Archives For honor

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My kids all tried it: Shouting my first name above the noisy crowd in order to get my attention.

Maybe it was kind of cute, the first time. But what if my kids and I were on a first name basis...every day? That is what is being proposed by a growing number of young parents.

We are living in a culture when all issues of authority are suspect. And so we should not be surprised when the idea of "should anyone be in charge here?" come right into our own living rooms.

Something is lost when a child calls his parents by their first names. Instead of honoring his parents, the child holds them on the same level as his peers. So why should he obey them?

Is the traditional biblical view that children should honor their parents (Exodus 20:12) and obey them (Ephesians 6:1) outdated...or oppressive...or even dangerous?

Surely we can take a lesson from both God's word here and from common sense.

Our children are no different than children of other times. They need the security of loving parents who allow them to be kids while they are still kids! They need to know someone older and wiser than them is in charge.

And yes, they need to learn about the relationship between obeying a human parent that they can see and a Heavenly Father who they will one day see.

I know some Christian parents may have blown it be being legalistic and overly authoritarian.

I know some parents may have even abused their children and misused their trust.

And obviously, that is horribly wrong!

But throwing out the whole parental model of leadership in favor of a more "progressive" approach is not going to fix those problems....and in the end, it will trade one problem for another.

We are parents to our children, not peers.

So I suggest we hold fast to “Mom” and “Dad,” and not let our children use our first names.

Image Credit: Ehsan Khakbaz H. “Saba-III” via Flickr Creative Commons
License: Attribution-NonCommercial-NoDerivs 2.0 Generic



Lisa Dad Cinderella

Isn't it amazing how life's seasons change? It seems like just yesterday when my sister and I were little girls posing with our Mickey ears in front of Cinderella's castle.

This week Hannah, Rebekah and I have the immense pleasure of traveling with my dad to relive some of those fond memories.

Even as we sat on the plane, bought our Disney passes and hit the Goofy parking lot, I know what my dad was thinking. He wished that his beloved Sandra could be in our traveling crew.

It is hard when life changes. But in each precious decade of our family's journey, we find beauty and hope and joy.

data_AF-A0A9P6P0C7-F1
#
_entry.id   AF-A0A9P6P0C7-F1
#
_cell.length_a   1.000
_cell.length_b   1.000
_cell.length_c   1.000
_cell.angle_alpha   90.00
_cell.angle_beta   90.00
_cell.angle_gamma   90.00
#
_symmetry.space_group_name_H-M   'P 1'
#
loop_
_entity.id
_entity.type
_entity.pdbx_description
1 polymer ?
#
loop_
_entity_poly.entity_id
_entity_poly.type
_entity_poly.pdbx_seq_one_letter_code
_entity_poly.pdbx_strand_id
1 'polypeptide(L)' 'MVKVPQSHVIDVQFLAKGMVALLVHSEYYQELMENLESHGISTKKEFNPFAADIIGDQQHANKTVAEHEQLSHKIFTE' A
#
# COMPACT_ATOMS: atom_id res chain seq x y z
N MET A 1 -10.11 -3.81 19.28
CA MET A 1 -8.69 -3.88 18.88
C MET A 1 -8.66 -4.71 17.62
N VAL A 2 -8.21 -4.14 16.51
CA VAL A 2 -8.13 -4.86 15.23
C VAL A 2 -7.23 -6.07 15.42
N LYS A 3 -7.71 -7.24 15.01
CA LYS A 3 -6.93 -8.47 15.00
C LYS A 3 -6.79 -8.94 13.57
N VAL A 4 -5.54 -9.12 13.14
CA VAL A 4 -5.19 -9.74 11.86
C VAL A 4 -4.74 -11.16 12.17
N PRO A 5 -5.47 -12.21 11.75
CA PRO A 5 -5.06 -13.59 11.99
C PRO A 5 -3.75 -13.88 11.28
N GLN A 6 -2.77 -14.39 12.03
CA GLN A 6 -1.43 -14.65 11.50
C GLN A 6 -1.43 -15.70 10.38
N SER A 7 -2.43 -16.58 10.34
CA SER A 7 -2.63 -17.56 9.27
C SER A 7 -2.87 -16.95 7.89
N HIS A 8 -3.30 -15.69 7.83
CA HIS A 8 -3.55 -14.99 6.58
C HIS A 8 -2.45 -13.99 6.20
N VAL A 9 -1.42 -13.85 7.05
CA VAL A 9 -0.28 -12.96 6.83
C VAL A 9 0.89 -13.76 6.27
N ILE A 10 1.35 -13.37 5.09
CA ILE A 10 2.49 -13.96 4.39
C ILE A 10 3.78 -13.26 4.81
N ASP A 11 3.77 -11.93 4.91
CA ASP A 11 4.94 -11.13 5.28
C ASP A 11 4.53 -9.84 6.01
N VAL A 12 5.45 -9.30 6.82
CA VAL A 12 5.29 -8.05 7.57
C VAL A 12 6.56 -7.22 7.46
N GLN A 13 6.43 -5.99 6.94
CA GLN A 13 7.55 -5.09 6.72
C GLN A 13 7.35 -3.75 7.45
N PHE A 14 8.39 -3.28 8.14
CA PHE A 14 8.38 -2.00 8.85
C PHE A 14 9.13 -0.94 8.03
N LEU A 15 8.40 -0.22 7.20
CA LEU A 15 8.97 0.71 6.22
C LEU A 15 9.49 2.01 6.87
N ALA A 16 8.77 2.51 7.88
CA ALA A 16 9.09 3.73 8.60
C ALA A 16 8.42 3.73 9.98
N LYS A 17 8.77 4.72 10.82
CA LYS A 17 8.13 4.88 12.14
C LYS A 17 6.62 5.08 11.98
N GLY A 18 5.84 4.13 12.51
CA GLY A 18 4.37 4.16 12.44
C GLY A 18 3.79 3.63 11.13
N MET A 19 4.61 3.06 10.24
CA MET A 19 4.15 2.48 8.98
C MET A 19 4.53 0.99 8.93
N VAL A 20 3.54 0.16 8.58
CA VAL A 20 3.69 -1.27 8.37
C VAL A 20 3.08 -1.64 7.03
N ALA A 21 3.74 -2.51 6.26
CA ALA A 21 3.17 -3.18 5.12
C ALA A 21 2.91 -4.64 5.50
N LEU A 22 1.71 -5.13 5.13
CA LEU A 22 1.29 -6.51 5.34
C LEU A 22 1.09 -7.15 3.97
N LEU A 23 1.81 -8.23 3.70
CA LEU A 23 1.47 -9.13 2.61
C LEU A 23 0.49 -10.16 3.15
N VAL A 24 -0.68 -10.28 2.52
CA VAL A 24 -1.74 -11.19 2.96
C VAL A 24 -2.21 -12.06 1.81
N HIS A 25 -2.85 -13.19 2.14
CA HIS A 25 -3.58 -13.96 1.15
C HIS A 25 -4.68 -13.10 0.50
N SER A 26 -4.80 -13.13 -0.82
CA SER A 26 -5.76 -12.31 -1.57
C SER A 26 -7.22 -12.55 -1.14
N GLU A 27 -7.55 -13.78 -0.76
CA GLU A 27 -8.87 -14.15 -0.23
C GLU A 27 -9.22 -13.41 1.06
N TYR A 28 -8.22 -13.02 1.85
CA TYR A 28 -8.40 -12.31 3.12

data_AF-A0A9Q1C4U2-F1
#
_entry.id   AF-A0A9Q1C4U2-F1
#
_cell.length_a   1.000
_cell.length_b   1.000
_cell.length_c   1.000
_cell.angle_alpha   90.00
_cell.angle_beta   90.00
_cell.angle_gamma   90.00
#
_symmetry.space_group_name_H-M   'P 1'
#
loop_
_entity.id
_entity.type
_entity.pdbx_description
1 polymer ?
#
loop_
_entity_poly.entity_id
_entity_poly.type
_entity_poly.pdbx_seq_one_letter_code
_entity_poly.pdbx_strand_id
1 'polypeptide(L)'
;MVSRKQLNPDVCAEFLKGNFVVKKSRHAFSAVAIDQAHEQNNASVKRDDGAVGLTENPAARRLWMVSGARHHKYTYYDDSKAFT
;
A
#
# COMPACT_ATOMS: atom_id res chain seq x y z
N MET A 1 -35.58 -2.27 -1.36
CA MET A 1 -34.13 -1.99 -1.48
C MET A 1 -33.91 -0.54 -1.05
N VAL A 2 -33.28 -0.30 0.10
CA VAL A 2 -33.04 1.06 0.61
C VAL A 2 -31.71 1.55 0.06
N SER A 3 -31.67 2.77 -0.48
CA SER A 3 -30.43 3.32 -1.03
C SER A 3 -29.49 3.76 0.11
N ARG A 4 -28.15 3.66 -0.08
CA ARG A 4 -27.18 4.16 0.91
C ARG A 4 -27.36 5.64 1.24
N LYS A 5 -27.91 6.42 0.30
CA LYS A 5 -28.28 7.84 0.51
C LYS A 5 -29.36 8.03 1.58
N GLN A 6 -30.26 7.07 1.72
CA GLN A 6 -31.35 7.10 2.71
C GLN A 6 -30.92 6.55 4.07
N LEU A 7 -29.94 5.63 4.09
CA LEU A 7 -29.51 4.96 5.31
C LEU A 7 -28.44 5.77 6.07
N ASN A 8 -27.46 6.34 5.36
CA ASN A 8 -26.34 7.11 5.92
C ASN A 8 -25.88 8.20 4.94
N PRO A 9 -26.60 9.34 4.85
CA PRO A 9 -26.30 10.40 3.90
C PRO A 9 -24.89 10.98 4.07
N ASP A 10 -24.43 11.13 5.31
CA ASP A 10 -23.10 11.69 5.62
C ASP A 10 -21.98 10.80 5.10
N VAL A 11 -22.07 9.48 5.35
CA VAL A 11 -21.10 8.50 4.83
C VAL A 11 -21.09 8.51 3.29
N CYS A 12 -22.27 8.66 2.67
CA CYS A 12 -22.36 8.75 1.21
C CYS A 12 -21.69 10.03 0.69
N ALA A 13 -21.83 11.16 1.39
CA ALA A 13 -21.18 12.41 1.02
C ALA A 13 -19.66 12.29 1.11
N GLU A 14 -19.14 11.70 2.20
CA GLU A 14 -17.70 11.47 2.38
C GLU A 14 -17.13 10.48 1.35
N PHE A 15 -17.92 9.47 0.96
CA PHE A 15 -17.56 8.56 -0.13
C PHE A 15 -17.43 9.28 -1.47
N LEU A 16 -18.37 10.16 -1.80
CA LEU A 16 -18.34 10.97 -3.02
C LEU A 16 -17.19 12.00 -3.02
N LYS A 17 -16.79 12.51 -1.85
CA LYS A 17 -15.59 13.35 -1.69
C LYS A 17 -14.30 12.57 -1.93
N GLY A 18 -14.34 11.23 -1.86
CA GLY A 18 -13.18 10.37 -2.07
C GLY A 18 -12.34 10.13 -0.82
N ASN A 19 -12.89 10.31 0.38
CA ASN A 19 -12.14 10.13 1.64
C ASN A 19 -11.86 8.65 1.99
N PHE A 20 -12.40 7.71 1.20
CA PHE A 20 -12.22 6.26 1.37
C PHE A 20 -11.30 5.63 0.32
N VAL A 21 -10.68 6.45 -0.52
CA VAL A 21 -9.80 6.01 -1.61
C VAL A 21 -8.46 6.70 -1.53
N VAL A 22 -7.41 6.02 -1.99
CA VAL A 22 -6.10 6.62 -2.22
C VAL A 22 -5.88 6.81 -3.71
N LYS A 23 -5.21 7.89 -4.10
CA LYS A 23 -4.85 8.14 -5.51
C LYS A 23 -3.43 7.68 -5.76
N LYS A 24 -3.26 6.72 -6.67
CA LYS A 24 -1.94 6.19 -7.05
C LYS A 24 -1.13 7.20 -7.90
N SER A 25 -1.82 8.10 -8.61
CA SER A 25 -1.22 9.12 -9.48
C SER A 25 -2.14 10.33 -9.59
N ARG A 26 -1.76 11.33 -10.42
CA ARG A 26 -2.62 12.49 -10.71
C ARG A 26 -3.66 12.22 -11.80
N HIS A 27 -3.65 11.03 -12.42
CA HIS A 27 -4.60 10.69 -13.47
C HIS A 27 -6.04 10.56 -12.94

Sandra Josiah 10298647_250972238426366_6292899561379082036_oToday my mom will be enjoying some time with my other children back home. Hopefully she is sharing some laughs and making some quiet memories.

She has made such a graceful adjustment to her new health limitations.  I am so proud of her.

Yet even when she knew she was not up to a trip, she wanted my dad to have a chance to travel. That is evidence of real love.

So here we are. Father and daughter sometimes easily and sometimes clumsily forging a working relationship that will allow us both to enjoy these precious years.

Today in a world that devalues life and shuns weakness, we each have the opportunity to decide what we are going to do with caring for our aging parents. TEarl beach Floridahe New Testament gives us a clue as it reminds us of the commandment with a promise.

Honor your mother and father...that it may go well with you and you may live long upon the earth.  Ephesians 6:2-3 

I don't see an age limit to that command. Do you? So even as the years roll by and we see with greater clarity our own parents' strengths and weaknesses, successes and failures, I encourage you to make room in your heart for a spirit of honor.

Sometimes I hear of the most difficult family stories where a parent was not honorable to a child and the family is left struggling with brokenness. (Such was not the case in my home, so I do not know this pain.)

But no matter what your story, God has a way for you to resolve devastating problems through the power of the blood of Jesus Christ.....even if some relationships are no longer safe to be reconciled. Look for His answers. Seek out His grace and mercy. Do all that the Lord directs.

Here is a powerful resource that I believe can help:  The Tribute and the Promise : How Honoring Your Parents Will Bring a Blessing to Your Life

So right now I am celebrating the joy of caring for the ones who took care of me. And, hey, when it involves a trip to Florida, it is pretty easy to smile!

I am praying today for you and your family relationships with your seniors.

 Blessings, Lisa

Gratefully linked to:
Making your Home Sing Monday
Modest Mondays
Tell Me a True Story
Titus 2sdays
Titus 2 Tuesdays

Anti-procrastination Tuesday


Hats off to all our Frontline Dads out there who sometimes feel unappreciated ...or even obsolete!

Turns out, God's plan for an intact family with one man and one woman is a proven winner even as many in our culture try to alter the plan.   

That’s the conclusion found in American Enterprise Institute’s study Dad and the Diploma: The Difference Fathers Make for College Graduation. 

Please take a moment this week and tell the fathers you know who are still on the job with their kids that you count them as important.

Also, let them know you noticed they are spending precious time with the kids.

They hear enough criticism. I think it is time for some celebrating.

How about you?

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By Doug Cherry

It felt just a little awkward…

We were in our family worship time this past Wednesday, reading together through Proverbs 4.

With Fathers’ Day coming up soon, we could not help but focus on the first two verses:

Hear, O sons, the instruction of a father, And give attention that you may gain understanding,

  For I give you sound teaching; Do not abandon my instruction.

There we were discussing the value of  Dad’s instruction with Dad sitting right there in the room!  …Especially with Mom and the kids knowing full well Dad’s weaknesses and shortcomings. 

Dads are being bashed and undermined in America like never before and to some extent, rightly so!  There has been much failure in fathering!